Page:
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World's First Collapsible, Reusable Straw Fits Right On Your Keychain

Straws suck—literally and figuratively. Americans throw away 500 million of these single-use plastics everyday day, clogging landfills, polluting oceans and causing harm to aquatic creatures.

And while reusable straws made of bamboo or metal already exist on the market, the Santa Fe-based team at FinalStraw have invented the world's first collapsible, reusable straw you can conveniently attach to your keychain so you won't forget to bring your own when you're on the go.

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Water overflowing the Oroville dam spillover in 2017. William Croyle, California Department of Water Resources

Climate Change Could Increase 'Whiplash' Between Wet and Dry Years in California, Leading to More Disasters

California has had a rough eight years. From 2010 to 2016, it endured the worst drought in its recorded history. Then, massive rainfall in 2016 and 2017 forced 18,000 Californians to evacuate their homes as the emergency spillway of the Oroville Dam was threatened due to erosion. Summer 2017 also saw the worst wildfire in the state's history.

But research published in Nature Climate Change Monday found that, if humans don't act to halt climate change, California's recent sequence of catastrophes could become the new normal.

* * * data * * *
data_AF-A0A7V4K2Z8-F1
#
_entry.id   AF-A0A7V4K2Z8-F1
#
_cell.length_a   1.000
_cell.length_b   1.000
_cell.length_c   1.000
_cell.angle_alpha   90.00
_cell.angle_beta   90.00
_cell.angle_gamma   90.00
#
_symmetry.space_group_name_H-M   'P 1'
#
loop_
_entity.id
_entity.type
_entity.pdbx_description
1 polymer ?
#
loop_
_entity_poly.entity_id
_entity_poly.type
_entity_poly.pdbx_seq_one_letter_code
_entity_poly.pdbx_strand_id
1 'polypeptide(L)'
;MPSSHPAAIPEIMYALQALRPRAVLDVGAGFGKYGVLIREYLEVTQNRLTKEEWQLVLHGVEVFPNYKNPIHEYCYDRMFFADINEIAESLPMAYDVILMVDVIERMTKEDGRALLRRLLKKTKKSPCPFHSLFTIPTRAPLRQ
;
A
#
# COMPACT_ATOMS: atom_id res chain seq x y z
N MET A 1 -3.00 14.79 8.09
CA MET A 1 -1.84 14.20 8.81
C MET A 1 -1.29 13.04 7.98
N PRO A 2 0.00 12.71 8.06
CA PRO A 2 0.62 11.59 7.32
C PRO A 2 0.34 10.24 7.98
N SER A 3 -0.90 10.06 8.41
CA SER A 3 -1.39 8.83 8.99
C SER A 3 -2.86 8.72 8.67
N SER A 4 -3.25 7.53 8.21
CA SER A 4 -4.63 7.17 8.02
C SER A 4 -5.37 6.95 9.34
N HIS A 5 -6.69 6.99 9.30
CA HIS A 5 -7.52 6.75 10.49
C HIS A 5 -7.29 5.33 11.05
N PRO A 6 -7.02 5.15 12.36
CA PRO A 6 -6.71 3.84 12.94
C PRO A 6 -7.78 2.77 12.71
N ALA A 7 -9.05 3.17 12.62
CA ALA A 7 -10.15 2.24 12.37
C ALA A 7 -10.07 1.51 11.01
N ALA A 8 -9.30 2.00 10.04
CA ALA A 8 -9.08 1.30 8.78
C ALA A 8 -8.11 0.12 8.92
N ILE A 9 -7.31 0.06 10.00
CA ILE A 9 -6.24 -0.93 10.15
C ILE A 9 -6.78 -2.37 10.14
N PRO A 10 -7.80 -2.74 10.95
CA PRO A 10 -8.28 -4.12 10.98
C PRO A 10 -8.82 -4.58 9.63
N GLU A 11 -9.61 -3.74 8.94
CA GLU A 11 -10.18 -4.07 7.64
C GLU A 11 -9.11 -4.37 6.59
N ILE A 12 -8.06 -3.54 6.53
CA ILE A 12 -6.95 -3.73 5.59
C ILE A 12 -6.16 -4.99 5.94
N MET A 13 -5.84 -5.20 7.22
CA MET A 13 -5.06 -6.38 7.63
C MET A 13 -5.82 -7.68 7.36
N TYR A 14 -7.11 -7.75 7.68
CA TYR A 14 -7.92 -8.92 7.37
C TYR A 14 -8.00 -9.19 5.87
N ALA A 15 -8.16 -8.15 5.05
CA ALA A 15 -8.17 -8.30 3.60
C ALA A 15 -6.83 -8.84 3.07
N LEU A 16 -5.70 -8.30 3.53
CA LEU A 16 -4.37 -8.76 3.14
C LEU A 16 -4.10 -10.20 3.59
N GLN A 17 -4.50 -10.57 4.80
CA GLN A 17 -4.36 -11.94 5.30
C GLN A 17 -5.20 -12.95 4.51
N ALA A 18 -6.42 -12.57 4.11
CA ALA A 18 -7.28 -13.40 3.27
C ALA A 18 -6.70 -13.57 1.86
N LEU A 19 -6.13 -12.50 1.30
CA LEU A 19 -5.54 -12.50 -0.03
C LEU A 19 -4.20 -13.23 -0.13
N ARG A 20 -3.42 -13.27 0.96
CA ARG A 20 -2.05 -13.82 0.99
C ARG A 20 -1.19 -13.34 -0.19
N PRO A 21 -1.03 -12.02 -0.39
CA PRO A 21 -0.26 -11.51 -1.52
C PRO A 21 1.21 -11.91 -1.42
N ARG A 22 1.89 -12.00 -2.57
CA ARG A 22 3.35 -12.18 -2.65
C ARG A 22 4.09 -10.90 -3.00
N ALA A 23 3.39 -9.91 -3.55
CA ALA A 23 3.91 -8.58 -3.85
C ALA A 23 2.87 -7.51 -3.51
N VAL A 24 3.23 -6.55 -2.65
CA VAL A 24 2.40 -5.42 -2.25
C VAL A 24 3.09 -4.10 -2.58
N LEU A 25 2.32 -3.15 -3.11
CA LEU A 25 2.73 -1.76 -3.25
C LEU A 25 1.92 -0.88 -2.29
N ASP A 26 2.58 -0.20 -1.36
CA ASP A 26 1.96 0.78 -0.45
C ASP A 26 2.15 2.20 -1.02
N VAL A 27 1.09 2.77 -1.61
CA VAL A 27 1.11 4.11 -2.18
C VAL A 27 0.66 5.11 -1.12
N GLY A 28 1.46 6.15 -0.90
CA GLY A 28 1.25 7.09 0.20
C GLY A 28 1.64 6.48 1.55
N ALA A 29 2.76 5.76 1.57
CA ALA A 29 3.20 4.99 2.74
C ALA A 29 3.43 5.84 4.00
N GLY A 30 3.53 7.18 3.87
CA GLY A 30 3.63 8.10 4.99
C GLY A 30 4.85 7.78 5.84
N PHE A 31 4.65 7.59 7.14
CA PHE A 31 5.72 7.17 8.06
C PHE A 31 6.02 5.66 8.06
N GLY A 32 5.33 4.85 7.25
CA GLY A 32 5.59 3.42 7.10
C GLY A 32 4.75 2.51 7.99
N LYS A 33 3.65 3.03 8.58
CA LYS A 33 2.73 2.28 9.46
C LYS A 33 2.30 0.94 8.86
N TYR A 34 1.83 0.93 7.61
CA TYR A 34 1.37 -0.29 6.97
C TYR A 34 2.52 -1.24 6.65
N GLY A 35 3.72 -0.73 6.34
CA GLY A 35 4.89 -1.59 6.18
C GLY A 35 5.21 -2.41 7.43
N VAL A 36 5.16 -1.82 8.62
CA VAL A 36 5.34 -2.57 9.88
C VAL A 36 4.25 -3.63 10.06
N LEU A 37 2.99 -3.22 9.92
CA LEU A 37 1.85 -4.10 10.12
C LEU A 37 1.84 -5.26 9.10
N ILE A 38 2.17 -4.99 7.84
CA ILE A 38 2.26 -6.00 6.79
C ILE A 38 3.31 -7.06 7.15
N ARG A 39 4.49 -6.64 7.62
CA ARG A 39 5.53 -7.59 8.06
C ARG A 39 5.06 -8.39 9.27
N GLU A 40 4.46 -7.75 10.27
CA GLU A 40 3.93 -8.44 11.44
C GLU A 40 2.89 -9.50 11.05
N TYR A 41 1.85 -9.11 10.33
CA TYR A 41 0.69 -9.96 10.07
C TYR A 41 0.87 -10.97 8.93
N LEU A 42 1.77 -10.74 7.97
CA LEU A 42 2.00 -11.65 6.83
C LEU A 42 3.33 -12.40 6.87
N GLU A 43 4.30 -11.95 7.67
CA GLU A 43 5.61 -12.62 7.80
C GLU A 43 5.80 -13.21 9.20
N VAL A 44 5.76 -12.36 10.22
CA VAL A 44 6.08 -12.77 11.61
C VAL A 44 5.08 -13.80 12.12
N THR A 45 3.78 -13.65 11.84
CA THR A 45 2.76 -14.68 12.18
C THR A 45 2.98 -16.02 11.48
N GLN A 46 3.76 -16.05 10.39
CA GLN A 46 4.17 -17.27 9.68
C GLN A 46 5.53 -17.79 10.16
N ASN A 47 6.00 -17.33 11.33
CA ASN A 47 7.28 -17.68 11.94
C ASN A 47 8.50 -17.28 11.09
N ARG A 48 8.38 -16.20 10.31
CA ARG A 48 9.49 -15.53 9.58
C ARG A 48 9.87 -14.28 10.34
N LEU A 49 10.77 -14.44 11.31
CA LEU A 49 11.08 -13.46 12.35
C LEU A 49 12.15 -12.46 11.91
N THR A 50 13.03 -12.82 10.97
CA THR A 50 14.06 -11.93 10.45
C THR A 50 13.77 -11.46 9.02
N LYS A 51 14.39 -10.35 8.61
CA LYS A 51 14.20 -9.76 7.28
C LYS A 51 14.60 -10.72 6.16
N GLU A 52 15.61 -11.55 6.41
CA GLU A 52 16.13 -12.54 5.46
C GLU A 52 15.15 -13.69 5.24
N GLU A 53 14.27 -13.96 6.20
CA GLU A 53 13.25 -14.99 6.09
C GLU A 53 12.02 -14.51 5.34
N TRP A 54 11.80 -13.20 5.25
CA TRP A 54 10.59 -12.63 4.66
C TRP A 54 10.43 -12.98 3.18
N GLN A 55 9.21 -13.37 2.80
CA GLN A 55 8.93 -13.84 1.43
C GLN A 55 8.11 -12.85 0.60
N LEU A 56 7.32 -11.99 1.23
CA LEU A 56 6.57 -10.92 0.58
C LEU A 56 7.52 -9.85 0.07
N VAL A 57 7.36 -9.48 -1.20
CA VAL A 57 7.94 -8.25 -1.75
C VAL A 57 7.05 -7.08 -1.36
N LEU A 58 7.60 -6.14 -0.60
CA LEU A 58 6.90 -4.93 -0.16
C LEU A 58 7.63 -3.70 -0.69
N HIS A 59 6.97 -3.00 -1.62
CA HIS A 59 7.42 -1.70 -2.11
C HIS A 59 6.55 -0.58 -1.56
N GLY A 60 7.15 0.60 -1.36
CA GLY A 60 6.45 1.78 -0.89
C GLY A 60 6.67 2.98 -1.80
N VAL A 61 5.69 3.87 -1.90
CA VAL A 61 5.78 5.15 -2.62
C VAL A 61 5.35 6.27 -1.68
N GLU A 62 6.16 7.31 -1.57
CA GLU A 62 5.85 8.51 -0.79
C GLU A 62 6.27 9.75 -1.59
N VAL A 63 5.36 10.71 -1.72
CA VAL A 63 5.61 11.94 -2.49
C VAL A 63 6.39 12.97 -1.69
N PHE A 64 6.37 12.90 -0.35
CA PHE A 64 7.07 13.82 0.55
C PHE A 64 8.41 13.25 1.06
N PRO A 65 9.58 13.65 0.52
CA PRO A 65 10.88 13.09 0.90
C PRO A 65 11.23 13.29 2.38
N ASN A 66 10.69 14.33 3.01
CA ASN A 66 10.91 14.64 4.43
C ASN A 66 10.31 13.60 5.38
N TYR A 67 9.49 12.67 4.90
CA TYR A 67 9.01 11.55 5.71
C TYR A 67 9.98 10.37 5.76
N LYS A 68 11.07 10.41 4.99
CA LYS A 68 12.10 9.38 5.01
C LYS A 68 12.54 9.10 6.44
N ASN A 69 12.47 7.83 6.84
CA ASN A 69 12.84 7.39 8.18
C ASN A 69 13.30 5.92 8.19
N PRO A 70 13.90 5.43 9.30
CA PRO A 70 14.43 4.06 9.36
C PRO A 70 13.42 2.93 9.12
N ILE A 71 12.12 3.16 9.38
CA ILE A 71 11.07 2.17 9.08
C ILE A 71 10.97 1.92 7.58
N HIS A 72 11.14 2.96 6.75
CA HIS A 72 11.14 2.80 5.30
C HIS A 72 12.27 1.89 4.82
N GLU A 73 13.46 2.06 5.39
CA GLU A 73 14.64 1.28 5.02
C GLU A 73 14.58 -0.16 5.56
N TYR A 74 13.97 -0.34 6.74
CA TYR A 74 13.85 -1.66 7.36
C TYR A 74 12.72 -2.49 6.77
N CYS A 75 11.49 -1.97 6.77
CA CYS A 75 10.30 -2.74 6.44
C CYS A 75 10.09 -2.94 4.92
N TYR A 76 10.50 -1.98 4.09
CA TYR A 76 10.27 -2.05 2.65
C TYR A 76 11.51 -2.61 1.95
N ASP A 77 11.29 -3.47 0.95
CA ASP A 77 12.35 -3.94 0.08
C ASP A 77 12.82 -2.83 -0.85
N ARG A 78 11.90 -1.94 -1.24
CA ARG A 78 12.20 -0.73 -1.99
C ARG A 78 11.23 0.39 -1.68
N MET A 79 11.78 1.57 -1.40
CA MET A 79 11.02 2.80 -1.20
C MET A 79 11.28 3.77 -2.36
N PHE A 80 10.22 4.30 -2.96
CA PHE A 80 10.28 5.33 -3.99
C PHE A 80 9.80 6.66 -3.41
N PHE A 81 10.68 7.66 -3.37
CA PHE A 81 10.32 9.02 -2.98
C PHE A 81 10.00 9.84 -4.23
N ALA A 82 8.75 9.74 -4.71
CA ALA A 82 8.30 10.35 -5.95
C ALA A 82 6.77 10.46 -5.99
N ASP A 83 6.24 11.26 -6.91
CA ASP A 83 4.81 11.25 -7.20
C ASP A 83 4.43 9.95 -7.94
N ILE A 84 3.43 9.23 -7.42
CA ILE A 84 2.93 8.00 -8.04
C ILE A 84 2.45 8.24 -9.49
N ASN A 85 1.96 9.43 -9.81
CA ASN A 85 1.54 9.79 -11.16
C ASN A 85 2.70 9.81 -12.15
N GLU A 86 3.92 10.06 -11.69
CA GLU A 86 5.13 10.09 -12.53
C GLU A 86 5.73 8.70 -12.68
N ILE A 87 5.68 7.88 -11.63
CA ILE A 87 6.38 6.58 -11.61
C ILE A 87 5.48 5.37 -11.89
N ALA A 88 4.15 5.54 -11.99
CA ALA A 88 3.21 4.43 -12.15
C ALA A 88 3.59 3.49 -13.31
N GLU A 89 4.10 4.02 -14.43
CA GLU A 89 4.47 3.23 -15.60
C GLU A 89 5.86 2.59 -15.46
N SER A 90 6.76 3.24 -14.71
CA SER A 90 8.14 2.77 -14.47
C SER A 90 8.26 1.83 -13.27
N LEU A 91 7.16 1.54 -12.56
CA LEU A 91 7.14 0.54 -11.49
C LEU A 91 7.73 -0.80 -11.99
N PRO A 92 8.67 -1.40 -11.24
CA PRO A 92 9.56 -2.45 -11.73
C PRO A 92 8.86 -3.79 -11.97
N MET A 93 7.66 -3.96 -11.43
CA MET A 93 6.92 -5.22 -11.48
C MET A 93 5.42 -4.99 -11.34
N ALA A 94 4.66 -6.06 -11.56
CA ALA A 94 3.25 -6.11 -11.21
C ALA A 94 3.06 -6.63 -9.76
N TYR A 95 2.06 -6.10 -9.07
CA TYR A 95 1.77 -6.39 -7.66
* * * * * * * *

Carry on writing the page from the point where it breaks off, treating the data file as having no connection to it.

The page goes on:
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Health
The 2018 London Marathon dropped air pollution on one street along its route by 89 percent. Kleon3 / Wikimedia / CC BY-SA 4.0

London Marathon Leads to 89% Drop in Air Pollution

Global Action Plan, a non-profit organization dedicated to tackling "throw away culture" and the impact it has on humans and the planet, discovered an unexpected health benefit to running marathons.

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March For The Ocean

Why It’s Time We March for the Ocean

By Sylvia Earle & David Helvarg

We've recently seen the remarkable capacity of youth to mobilize and to inspire us with a message of change in their march against gun violence. Theirs is also a generation equipped with technologies not just to connect to each other but to better understand our blue planet in ways unimaginable even a generation ago. These include satellite tagging and following of migratory species such as whales, sharks and tuna and accessing the deep ocean with both autonomous robots and human occupied submersibles that allow us to dive into the history of our Earth.

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Study Reveals Dangerous Antarctic Feedback Loop

A new study of the melting patterns of glaciers in Antarctica provides real-world evidence for one of the more troubling model-based climate change predictions, The Washington Post reported Monday.

The study, published April 18 in Science Advances, found that fresh water melting off of glaciers in some regions of Antarctica caused a layer of cold, fresh water to float above warmer, saltier water, both slowing ocean circulation and melting lower parts of the ice sheets.

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